Dispersants have two main components: a surfactant and a solvent. Surfactants molecules are made up of two parts: an oleophilic part (with an attraction to oil) and a hydrophilic part (with an attraction to water). When dispersants are sprayed onto an oil slick, the solvent will transport and distribute the surfactants through the oil slick to the oil/water interface where they arrange themselves so that the oleophilic part of the molecule is in the oil and the hydrophilic part is in the water. This creates a reduction in the surface tension at the oil/water interface and small oil droplets will break away from the oil slick with the help of wave energy. These droplets will be of varying sizes and although the larger ones may rise back to the surface some will remain in suspension and will drift apart and become degraded by naturally occurring bacteria. If dispersion is successful, a characteristic brown plume will spread slowly down from the water surface a few minutes after treatment. Dispersants have little effect on very viscous, floating oils, as they tend to run off the oil into the water before the solvent can penetrate. As a general rule, dispersants are capable of dispersing most liquid oils and emulsions with viscosities of less than 2000 centistokes, equivalent to a medium fuel oil at 10-20?C. They are unsuitable for dealing with viscous emulsions (mousse) or oils which have a pour point near to or above that of the ambient temperature. Even those oils which can be dispersed initially become resistant after a period of time as the viscosity increases as a result of evaporation and emulsification. For a particular oil, the time available before dispersant stops being effective depends upon such factors as sea state and temperature but is unlikely to be longer than a day or two. Dispersants can, however, be more effective with viscous oils on shorelines because the contact time may be prolonged allowing better penetration of the dispersant into the oil. • Type 1 dispersants are based on hydrocarbon solvents with between 15% to 25% surfactant. They are sprayed neat onto the oil as pre-dilution with sea water renders them ineffective. Typical dose rates are between 1:1 and 1:3 (dispersant:oil). • Type 2 dispersants are dilutable concentrate dispersants which are alcohol or glycol (i.e. oxygenated) solvent based with a higher surfactant concentration. Dilution is normally 1:10 with sea water. • Type 3 dispersants are also concentrate dispersants with a similar formulation to type 2 products. However, they are designed to be used neat and typical dose rates are between 1:5 and 1:30 (neat dispersant:oil). Type 1 and 2 dispersants require thorough mixing with the oil after application to produce satisfactory dispersion. With type 3 products, the natural movement of the sea is usually sufficient to achieve this. The lower application rates required with concentrates mean that types 2 and 3 have largely superseded type 1 dispersants for application at sea. http://www.itopf.com/spill-response/clean-up-and-response/dispersants/ - itopf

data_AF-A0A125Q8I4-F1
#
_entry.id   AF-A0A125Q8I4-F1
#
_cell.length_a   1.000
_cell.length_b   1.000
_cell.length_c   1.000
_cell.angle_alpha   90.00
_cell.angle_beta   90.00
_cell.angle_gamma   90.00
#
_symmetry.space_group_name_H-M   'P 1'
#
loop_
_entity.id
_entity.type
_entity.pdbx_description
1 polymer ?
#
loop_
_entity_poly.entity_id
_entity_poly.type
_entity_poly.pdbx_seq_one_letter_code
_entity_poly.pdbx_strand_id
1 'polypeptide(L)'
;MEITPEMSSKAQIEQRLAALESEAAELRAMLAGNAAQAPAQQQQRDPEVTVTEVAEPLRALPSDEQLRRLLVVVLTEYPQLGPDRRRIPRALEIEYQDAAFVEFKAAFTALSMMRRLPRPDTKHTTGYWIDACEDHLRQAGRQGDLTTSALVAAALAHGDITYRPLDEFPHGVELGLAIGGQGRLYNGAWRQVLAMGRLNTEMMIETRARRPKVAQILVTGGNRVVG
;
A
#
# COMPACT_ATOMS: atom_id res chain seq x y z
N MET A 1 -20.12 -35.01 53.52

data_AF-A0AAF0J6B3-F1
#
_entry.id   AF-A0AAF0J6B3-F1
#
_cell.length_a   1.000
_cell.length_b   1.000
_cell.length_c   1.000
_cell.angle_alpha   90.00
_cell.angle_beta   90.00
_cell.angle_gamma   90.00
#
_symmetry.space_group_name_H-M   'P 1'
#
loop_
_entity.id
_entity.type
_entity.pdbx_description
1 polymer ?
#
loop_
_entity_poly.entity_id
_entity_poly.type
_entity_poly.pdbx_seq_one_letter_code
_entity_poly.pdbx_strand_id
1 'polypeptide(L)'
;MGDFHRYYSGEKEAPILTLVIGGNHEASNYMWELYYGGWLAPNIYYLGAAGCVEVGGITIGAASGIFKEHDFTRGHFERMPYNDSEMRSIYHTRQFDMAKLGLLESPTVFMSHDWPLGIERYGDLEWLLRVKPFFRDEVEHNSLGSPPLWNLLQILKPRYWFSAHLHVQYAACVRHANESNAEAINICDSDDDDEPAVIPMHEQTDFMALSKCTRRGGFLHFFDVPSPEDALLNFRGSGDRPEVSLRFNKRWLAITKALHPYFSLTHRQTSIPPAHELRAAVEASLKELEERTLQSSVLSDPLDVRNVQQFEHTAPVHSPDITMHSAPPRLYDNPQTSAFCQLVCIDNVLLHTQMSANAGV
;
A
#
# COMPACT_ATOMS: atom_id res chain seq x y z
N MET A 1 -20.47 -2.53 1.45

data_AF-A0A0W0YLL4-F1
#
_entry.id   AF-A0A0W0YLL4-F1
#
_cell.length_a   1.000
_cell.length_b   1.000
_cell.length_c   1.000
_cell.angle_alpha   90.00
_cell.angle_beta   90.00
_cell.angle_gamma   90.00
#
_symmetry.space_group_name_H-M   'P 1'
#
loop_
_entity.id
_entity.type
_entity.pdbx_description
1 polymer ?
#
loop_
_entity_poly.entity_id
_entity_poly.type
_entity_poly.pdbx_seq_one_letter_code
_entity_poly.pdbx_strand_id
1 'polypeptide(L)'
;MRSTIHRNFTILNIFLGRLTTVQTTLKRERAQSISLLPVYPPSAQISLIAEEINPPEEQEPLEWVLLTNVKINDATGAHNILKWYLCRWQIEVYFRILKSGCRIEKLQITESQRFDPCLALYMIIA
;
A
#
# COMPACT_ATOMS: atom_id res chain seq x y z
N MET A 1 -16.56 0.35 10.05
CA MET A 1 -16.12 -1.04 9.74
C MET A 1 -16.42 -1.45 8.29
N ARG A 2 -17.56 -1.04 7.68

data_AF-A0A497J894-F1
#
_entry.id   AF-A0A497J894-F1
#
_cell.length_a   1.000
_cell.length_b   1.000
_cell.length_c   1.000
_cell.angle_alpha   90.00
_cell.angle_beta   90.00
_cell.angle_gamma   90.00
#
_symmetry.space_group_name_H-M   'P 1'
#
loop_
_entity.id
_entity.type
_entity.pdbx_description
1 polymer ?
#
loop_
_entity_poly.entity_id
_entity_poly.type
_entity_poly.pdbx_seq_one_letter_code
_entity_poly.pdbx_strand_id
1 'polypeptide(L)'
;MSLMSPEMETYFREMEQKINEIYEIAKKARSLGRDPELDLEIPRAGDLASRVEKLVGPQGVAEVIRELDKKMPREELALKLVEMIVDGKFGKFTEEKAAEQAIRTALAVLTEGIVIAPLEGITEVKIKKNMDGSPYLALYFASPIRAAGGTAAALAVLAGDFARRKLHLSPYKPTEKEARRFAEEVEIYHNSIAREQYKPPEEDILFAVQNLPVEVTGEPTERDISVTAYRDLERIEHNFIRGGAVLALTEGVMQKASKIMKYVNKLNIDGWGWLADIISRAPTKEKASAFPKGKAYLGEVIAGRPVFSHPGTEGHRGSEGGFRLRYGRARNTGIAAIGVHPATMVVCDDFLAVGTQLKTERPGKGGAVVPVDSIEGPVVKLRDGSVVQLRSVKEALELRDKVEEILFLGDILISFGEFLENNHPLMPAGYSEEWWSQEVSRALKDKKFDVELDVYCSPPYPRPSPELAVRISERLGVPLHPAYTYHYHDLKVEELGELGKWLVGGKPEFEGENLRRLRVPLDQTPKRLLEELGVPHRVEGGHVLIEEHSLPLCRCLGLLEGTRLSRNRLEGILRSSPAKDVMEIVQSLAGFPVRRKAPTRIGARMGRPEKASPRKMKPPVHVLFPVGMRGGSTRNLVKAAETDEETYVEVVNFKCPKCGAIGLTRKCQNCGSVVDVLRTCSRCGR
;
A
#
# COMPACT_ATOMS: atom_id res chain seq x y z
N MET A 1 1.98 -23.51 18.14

Questions about GULF OIL SPILL BP's Oil Dispersants - itopf
Want more info about GULF OIL SPILL BP's Oil Dispersants - itopf?
Get free advice from education experts and Noodle community members.